- Law & Order: Defied in the episode "Genius". The Villain of the Week murdered a cab driver for telling him to put out his cigar. The cab driver was a fugitive member of the KKK who burned down a black church, killing children, and traded child pornography. McCoy refused to give the killer a lesser sentence because it would have been the same crime if the victim were a good person.
- Merlin: Kilgarrah's warnings that Morgana is not to be trusted and will do bad things with her magic read very hollow when Merlin withholding his own magic from her is what leads to her Face–Heel Turn — because Morgause soon shows up and whisks Morgana away to her side. That the dragon was right at all is luck or a Self-Fulfilling Prophecy (which Merlin wouldn't have fulfilled if the dragon hadn't given him warnings about Morgana in the first place).
- Orange Is the New Black: Cesar tries to comfort Daya after Bennett abandons her by saying that he always found the man untrustworthy because he was missing a leg... which he lost due to an infection he got in a dirty spa.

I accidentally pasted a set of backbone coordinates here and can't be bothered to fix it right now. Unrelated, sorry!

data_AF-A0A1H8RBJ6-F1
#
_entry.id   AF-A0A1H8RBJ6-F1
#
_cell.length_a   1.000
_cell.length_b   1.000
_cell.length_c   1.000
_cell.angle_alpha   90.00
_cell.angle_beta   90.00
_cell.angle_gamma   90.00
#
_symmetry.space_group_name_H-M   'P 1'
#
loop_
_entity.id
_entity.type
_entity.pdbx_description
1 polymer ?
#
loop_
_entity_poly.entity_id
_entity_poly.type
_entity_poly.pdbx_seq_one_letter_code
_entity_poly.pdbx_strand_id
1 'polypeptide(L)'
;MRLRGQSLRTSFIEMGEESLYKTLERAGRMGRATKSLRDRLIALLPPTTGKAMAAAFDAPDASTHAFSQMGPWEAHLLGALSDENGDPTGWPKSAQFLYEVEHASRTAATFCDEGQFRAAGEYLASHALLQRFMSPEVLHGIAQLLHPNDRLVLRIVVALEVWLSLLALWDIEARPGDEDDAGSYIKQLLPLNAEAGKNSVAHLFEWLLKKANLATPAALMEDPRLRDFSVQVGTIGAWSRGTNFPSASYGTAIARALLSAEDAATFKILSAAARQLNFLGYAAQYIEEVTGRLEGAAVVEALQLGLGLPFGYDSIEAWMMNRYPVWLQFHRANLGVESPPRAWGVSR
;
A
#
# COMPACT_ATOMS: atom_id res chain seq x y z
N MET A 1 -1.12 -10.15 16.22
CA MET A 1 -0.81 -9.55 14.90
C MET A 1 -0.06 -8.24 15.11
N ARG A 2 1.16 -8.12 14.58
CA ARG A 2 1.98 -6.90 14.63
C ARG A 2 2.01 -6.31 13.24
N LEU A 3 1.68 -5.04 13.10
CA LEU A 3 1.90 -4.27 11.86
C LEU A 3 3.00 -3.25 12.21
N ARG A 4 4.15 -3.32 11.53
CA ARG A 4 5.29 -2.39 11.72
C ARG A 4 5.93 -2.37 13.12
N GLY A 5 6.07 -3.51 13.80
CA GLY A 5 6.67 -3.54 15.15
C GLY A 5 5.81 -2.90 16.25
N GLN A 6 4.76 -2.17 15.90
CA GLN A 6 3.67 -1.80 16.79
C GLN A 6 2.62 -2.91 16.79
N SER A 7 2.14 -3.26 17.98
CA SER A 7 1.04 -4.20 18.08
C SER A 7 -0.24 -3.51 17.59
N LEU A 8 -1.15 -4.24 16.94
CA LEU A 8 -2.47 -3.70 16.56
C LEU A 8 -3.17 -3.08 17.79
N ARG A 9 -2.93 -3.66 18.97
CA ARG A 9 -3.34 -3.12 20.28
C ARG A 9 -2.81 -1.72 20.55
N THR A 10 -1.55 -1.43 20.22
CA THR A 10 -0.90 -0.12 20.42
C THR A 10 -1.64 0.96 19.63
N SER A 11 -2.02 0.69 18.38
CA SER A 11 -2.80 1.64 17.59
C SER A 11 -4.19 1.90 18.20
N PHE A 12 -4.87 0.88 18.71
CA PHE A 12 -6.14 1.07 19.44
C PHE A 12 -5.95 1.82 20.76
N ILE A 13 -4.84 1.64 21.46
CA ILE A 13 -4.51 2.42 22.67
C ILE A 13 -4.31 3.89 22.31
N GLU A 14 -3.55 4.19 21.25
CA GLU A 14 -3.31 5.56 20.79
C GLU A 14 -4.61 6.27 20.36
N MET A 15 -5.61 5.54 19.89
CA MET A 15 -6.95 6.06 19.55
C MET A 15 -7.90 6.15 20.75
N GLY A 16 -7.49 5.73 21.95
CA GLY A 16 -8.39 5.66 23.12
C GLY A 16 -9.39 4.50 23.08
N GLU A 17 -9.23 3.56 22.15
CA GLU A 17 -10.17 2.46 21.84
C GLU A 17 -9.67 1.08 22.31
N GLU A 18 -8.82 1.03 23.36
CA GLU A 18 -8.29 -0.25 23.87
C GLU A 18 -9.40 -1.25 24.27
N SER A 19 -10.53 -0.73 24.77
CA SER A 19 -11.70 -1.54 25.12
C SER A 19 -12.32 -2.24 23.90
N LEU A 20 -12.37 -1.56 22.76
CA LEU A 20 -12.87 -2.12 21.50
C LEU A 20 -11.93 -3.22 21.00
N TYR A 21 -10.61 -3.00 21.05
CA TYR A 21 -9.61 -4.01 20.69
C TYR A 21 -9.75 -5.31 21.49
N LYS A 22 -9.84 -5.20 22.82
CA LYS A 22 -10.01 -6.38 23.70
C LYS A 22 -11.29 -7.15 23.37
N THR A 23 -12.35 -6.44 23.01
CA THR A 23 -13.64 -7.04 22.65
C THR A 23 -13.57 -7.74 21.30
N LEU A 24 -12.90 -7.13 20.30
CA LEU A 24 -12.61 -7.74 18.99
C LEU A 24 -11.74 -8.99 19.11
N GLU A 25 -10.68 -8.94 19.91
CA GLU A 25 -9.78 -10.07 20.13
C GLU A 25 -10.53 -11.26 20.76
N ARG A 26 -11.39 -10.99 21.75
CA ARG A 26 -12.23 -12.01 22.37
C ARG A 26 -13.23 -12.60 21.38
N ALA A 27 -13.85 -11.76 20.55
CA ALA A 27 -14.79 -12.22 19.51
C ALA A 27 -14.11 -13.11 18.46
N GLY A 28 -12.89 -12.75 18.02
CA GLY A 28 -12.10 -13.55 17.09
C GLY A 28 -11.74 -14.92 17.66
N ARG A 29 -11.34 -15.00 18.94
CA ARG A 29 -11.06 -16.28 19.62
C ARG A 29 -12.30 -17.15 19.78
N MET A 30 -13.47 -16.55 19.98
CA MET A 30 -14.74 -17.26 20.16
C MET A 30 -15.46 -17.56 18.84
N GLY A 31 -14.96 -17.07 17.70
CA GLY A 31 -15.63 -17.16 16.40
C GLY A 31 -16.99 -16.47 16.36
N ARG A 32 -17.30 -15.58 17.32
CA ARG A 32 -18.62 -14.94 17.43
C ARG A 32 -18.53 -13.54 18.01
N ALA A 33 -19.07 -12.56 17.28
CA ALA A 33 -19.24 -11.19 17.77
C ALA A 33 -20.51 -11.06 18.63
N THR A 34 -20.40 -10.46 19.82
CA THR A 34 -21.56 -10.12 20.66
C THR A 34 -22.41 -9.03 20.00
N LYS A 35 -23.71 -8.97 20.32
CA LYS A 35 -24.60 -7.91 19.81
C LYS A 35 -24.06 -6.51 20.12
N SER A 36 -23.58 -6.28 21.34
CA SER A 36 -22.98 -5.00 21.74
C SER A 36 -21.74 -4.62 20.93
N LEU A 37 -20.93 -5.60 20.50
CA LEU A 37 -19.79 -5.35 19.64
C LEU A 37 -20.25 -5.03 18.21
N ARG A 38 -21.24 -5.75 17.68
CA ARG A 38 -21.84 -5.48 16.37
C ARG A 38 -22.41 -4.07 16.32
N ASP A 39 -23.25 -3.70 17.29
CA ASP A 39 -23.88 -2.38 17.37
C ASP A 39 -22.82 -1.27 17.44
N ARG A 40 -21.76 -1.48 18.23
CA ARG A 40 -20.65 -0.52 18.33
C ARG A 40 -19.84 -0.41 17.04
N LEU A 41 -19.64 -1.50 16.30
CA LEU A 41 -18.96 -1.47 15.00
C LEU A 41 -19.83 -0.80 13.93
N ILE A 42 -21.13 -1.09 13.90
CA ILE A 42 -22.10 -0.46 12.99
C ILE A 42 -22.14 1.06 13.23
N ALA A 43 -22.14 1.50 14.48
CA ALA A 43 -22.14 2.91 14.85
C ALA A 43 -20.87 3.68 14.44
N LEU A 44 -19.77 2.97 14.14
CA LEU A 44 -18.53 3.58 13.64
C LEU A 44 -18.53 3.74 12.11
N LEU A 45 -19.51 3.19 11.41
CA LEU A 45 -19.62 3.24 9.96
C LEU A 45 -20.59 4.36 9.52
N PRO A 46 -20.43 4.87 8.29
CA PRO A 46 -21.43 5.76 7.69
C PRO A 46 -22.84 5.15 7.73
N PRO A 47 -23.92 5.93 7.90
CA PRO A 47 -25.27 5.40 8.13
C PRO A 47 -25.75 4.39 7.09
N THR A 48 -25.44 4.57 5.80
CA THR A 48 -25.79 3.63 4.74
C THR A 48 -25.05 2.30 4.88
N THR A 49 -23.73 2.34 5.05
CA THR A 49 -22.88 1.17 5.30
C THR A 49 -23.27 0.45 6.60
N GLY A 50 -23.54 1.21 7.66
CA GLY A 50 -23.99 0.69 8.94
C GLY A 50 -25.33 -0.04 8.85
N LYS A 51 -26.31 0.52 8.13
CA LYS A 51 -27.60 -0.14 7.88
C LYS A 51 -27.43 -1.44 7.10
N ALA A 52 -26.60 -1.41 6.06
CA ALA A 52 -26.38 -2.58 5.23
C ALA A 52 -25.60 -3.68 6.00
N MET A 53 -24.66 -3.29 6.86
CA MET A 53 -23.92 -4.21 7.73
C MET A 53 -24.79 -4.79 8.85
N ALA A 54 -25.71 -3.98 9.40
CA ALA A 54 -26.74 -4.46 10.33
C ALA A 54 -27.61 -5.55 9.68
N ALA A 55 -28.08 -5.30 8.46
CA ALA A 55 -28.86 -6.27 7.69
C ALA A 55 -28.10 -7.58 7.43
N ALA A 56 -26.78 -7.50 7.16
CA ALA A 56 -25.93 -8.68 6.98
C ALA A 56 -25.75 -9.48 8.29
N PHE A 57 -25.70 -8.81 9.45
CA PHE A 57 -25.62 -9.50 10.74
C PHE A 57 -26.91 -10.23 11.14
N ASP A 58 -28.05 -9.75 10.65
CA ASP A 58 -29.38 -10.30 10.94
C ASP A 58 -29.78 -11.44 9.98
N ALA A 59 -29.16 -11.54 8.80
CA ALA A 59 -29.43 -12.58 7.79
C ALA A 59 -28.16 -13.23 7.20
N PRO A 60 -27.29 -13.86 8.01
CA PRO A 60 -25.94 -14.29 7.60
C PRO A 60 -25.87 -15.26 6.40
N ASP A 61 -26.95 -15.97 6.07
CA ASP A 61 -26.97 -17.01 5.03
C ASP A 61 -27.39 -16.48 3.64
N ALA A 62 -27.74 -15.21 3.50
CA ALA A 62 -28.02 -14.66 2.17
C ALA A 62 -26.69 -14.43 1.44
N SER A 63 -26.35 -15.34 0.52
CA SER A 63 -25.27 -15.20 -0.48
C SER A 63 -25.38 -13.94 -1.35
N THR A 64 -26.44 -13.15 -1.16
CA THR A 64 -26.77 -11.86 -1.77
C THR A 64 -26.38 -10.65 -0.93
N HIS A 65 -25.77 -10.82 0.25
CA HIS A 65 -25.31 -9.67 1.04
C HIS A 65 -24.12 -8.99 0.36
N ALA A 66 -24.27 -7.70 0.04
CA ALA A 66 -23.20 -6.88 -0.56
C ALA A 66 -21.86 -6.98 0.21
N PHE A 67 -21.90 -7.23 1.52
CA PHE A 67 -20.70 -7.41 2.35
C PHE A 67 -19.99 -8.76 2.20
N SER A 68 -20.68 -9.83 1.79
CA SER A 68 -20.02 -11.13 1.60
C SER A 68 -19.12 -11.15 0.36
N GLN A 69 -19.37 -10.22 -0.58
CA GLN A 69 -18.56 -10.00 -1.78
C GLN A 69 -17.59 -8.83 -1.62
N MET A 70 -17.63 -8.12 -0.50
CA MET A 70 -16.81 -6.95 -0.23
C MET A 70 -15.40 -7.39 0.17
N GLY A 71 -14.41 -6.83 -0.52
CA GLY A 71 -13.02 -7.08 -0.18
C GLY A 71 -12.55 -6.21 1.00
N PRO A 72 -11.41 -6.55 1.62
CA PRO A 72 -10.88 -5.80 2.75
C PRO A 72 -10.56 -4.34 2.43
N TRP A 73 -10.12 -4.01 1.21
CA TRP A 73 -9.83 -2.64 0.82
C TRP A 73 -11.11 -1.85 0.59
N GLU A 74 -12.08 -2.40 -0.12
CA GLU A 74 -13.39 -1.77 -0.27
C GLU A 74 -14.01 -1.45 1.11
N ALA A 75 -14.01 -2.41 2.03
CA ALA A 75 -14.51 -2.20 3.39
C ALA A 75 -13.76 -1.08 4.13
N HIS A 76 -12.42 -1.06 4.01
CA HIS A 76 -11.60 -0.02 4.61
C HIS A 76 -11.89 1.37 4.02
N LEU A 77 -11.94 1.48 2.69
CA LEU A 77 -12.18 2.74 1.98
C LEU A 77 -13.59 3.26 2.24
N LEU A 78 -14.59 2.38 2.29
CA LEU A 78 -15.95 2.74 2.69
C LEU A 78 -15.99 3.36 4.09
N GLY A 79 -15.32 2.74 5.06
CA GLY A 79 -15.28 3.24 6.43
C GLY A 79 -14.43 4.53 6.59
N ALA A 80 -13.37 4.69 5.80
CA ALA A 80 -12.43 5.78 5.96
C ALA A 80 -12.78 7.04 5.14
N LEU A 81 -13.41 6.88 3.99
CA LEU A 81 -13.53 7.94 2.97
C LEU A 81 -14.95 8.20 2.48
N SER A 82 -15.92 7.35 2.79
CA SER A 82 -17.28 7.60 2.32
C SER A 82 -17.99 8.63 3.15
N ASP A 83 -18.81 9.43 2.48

Cesar: I mean, going around losing limbs... that's irresponsible.
- One episode revolves around the main characters being investigated for the death of a patient who died while under their care. They spent the entire time ignoring him completely in favor of flirting with other patients, buying lottery tickets, and fighting emus. The investigation is looking bad for them, until it's revealed that the radiologist messed up the original report, making the case impossible to solve anyway, and getting the death pinned on the radiologist. Dr. Cox points out that the man is still dead, and it was pure luck that it wasn't their fault. The gang takes this lesson to heart and remembers the lesson afterward.